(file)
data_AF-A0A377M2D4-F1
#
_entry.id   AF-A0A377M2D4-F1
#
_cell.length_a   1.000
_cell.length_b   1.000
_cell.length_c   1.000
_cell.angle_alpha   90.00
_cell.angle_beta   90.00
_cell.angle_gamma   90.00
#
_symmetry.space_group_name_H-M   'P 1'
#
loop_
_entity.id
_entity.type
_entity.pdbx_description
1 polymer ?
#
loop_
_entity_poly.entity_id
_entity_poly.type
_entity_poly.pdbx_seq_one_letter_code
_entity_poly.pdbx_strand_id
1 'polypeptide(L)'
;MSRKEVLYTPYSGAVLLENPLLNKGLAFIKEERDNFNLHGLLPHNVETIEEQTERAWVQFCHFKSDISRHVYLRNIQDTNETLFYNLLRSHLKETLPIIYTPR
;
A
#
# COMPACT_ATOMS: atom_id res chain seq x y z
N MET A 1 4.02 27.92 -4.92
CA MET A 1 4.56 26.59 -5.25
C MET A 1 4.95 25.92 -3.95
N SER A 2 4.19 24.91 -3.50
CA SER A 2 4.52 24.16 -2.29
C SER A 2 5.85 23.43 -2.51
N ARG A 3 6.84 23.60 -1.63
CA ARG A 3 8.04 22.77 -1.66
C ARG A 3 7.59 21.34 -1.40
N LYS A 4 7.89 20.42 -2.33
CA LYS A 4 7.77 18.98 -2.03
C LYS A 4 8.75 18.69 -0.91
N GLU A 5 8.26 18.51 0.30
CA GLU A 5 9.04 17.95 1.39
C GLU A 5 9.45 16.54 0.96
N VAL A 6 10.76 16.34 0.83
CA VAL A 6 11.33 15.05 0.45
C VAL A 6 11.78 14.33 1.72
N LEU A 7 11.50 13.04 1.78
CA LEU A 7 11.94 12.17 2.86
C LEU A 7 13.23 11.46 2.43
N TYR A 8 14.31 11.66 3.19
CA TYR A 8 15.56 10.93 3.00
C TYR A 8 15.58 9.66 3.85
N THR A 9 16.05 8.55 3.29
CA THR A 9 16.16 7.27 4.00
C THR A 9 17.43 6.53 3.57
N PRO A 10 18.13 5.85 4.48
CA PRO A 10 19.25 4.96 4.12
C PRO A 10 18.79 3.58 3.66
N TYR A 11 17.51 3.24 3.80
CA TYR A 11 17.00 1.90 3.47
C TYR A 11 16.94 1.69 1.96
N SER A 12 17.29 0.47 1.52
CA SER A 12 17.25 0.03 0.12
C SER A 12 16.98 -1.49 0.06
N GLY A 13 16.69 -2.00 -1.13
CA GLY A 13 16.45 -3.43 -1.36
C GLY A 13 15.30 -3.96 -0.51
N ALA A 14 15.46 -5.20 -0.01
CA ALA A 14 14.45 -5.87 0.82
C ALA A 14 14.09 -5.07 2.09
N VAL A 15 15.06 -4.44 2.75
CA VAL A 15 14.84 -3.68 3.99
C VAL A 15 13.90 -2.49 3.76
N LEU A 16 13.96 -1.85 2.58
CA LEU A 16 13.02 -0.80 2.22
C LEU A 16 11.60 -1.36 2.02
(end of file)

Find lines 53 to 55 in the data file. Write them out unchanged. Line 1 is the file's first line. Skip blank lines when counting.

CA TYR A 8 15.56 10.93 3.00
C TYR A 8 15.58 9.66 3.85
N THR A 9 16.05 8.55 3.29